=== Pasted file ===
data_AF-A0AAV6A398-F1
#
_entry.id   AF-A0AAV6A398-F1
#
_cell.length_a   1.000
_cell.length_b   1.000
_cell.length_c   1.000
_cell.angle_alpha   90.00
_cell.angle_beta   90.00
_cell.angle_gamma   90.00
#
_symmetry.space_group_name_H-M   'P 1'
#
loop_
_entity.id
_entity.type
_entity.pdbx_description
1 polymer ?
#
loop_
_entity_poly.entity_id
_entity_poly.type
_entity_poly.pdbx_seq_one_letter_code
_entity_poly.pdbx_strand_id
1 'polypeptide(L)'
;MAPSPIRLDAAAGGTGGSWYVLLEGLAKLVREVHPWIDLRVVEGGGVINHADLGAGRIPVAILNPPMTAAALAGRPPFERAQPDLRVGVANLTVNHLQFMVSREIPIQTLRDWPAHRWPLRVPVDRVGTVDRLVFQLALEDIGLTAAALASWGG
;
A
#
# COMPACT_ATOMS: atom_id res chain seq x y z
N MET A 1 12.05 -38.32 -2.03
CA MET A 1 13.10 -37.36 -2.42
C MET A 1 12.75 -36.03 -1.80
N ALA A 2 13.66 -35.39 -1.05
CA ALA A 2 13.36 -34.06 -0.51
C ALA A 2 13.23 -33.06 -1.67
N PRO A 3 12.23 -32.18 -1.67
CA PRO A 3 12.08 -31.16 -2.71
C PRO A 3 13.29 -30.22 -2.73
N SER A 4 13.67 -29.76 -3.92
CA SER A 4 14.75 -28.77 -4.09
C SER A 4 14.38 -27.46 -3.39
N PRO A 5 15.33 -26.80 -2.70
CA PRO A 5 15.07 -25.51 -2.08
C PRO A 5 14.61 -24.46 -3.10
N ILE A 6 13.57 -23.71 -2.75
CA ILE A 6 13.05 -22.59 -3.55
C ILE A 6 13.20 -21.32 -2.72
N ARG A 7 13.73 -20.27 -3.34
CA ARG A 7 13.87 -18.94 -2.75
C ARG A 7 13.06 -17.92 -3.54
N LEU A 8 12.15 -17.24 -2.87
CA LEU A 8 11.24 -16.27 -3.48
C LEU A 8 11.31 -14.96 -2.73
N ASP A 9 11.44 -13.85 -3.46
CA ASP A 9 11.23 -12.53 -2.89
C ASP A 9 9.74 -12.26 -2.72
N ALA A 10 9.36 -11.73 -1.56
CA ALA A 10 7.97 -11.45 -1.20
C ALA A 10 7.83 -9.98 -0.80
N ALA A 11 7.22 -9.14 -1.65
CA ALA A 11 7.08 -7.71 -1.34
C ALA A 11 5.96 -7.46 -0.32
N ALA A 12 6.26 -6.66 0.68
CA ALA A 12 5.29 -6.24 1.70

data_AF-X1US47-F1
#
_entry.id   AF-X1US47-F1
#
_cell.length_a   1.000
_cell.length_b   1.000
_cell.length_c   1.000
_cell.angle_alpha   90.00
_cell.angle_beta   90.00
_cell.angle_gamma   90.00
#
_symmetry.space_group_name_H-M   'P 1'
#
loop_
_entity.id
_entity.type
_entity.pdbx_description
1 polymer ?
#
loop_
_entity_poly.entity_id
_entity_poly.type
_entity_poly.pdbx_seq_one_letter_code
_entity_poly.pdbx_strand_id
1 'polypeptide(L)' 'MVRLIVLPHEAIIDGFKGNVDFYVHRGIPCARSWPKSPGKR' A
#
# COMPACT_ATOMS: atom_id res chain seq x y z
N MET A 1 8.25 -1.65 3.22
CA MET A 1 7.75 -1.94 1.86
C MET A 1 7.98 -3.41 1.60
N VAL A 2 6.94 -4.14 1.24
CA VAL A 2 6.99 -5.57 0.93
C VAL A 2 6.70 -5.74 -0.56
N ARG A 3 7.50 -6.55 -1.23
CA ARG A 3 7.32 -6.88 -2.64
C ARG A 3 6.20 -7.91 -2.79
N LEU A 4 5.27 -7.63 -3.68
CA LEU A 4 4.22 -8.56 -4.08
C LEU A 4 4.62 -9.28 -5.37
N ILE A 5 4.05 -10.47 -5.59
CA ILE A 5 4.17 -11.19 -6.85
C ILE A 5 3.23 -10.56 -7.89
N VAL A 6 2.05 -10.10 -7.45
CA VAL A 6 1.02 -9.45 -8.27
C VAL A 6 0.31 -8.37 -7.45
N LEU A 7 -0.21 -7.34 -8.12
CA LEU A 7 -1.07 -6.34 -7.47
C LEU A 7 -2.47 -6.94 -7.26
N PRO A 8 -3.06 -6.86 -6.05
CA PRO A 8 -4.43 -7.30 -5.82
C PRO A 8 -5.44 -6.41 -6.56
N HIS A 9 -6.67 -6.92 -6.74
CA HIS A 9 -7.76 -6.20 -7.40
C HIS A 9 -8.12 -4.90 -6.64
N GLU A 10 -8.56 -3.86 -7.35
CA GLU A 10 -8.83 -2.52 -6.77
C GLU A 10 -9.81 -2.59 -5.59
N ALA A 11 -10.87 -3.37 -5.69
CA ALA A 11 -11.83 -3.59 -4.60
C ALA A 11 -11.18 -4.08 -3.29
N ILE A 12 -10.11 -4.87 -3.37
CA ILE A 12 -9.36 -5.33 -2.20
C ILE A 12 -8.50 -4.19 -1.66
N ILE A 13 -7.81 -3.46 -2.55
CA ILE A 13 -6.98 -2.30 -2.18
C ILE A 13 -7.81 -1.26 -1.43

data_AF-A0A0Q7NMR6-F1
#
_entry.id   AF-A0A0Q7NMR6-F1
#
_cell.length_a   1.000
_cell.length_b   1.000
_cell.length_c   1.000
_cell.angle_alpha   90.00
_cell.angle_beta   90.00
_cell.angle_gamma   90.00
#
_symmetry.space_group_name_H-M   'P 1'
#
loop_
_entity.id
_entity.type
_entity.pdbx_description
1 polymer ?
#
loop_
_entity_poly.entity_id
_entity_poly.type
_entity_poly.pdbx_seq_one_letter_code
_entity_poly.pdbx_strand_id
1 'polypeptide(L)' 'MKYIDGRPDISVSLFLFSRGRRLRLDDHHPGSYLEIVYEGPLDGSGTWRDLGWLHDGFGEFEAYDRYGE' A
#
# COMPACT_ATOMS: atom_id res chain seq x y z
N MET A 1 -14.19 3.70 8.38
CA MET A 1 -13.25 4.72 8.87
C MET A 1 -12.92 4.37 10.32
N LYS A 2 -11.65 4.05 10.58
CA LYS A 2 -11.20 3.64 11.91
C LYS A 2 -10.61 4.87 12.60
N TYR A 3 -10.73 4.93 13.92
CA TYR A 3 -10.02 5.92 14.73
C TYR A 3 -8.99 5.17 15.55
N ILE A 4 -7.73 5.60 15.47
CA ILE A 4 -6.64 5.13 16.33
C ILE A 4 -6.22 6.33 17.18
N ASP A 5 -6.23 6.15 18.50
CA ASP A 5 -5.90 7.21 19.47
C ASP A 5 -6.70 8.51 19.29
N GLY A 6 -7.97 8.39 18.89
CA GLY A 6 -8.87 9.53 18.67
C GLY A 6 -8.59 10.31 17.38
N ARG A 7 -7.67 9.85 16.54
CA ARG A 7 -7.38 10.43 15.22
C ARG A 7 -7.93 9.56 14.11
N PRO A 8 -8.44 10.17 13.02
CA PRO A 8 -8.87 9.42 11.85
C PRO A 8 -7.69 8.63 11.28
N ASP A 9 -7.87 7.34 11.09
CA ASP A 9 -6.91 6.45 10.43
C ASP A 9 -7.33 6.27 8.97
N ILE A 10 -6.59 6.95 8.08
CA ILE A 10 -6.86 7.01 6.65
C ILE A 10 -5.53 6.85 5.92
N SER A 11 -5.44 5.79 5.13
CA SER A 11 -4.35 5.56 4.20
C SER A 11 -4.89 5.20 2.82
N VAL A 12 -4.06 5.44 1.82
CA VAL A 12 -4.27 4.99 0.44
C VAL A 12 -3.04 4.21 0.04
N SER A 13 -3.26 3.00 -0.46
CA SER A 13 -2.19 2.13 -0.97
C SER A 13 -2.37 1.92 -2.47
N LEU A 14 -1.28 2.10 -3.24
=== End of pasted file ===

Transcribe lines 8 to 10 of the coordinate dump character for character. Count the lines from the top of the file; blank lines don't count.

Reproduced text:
_cell.angle_alpha   90.00
_cell.angle_beta   90.00
_cell.angle_gamma   90.00